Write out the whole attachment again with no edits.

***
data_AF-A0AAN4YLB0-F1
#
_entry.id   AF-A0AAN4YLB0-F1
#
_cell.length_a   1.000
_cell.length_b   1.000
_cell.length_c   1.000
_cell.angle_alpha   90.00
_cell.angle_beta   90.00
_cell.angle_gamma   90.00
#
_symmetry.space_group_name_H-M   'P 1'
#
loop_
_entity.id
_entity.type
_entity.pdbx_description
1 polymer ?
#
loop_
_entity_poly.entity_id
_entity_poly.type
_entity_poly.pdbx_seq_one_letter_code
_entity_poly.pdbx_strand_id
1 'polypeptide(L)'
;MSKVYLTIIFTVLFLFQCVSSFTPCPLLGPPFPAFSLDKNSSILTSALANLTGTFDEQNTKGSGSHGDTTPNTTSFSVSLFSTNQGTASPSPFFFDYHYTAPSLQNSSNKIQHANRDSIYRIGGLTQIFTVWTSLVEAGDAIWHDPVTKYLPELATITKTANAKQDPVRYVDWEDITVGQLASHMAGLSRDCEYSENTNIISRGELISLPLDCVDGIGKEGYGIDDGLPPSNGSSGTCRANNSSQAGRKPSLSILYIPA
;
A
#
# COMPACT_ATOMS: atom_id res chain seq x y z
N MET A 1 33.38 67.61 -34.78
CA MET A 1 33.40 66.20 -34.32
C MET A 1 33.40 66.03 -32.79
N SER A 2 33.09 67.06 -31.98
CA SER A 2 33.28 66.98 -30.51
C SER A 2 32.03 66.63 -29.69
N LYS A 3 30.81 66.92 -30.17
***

data_AF-A0AAN4YLB0-F1
#
_entry.id   AF-A0AAN4YLB0-F1
#
_cell.length_a   1.000
_cell.length_b   1.000
_cell.length_c   1.000
_cell.angle_alpha   90.00
_cell.angle_beta   90.00
_cell.angle_gamma   90.00
#
_symmetry.space_group_name_H-M   'P 1'
#
loop_
_entity.id
_entity.type
_entity.pdbx_description
1 polymer ?
#
loop_
_entity_poly.entity_id
_entity_poly.type
_entity_poly.pdbx_seq_one_letter_code
_entity_poly.pdbx_strand_id
1 'polypeptide(L)'
;MSKVYLTIIFTVLFLFQCVSSFTPCPLLGPPFPAFSLDKNSSILTSALANLTGTFDEQNTKGSGSHGDTTPNTTSFSVSLFSTNQGTASPSPFFFDYHYTAPSLQNSSNKIQHANRDSIYRIGGLTQIFTVWTSLVEAGDAIWHDPVTKYLPELATITKTANAKQDPVRYVDWEDITVGQLASHMAGLSRDCEYSENTNIISRGELISLPLDCVDGIGKEGYGIDDGLPPSNGSSGTCRANNSSQAGRKPSLSILYIPA
;
A
#
# COMPACT_ATOMS: atom_id res chain seq x y z
N MET A 1 33.38 67.61 -34.78
CA MET A 1 33.40 66.20 -34.32
C MET A 1 33.40 66.03 -32.79
N SER A 2 33.09 67.06 -31.98
CA SER A 2 33.28 66.98 -30.51
C SER A 2 32.03 66.63 -29.69
N LYS A 3 30.81 66.92 -30.17